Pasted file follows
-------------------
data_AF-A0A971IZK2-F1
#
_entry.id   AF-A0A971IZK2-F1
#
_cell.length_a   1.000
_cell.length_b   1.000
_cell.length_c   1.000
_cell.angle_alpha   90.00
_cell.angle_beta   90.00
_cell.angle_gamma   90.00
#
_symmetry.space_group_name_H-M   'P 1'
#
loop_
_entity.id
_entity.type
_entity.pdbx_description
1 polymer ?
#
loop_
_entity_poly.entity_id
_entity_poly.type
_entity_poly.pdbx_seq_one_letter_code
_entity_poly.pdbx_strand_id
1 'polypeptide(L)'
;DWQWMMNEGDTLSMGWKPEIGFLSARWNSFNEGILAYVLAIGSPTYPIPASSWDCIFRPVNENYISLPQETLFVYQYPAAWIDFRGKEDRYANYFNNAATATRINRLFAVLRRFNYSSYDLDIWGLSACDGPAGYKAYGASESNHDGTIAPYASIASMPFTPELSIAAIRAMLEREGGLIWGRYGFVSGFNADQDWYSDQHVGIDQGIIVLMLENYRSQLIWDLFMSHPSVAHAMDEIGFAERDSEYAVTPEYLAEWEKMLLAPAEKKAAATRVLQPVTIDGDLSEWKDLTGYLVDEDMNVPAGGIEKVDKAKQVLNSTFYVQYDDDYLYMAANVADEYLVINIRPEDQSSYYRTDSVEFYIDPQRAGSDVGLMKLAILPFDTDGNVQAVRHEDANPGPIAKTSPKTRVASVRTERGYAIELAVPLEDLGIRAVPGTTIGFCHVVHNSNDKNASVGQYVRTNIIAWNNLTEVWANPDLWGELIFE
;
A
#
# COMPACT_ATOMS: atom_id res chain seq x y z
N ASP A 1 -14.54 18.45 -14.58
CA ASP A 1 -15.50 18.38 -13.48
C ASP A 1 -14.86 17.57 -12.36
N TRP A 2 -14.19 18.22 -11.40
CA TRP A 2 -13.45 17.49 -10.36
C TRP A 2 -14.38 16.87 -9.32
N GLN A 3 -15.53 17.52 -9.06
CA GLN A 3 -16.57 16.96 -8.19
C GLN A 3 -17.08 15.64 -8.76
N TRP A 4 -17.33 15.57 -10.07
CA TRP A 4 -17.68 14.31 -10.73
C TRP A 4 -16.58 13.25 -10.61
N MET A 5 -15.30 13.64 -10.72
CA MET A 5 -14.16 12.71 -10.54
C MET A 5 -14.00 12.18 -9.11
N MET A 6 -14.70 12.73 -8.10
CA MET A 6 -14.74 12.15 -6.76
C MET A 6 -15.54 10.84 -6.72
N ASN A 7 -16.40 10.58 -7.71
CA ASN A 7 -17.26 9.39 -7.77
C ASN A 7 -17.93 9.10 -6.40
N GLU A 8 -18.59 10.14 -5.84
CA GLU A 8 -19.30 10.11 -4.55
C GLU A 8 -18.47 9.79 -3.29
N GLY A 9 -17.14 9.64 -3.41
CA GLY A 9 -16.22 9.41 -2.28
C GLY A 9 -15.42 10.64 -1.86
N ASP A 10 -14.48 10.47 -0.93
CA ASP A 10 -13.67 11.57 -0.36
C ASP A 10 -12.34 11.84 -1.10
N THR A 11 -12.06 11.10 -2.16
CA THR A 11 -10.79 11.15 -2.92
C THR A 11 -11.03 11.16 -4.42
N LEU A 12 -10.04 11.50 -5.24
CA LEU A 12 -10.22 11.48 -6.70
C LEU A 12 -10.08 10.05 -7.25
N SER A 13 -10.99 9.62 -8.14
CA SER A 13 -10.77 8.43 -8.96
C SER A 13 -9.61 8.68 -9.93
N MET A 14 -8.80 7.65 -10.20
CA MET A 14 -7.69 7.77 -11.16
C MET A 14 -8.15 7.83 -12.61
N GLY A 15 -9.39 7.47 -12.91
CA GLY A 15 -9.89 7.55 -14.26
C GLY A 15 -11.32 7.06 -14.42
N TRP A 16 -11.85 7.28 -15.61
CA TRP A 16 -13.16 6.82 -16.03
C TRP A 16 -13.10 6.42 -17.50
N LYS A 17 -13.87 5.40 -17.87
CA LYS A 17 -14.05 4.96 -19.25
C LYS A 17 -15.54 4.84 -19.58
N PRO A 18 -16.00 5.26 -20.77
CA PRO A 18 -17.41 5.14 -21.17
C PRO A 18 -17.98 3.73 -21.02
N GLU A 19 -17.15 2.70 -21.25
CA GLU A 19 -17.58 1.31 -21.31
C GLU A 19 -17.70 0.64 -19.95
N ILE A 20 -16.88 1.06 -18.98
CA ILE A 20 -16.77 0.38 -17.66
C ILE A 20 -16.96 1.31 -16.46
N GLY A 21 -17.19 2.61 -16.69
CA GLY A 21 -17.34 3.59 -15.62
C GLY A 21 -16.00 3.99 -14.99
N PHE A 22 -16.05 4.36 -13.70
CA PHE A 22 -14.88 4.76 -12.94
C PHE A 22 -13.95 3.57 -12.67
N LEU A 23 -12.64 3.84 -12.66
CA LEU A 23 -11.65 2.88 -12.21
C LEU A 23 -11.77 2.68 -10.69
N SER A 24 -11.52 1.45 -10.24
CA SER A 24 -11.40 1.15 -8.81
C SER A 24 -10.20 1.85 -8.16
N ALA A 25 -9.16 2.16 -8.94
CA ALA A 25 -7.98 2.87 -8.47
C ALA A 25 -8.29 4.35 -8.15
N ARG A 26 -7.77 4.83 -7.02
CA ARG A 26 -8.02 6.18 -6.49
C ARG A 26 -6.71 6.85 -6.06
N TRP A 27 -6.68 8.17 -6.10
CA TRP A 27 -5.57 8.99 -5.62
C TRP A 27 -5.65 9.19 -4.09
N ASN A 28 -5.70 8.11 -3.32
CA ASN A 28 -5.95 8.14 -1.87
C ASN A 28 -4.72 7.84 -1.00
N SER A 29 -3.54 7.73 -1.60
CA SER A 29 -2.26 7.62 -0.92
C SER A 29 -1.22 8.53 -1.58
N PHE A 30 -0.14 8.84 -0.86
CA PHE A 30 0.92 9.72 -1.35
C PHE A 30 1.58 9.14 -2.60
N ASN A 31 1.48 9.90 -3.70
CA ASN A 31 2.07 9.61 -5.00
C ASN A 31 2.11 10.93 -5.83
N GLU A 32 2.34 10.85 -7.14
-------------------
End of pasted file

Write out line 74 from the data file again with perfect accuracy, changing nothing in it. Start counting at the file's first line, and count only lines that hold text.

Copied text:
CA GLY A 15 -9.89 7.55 -14.26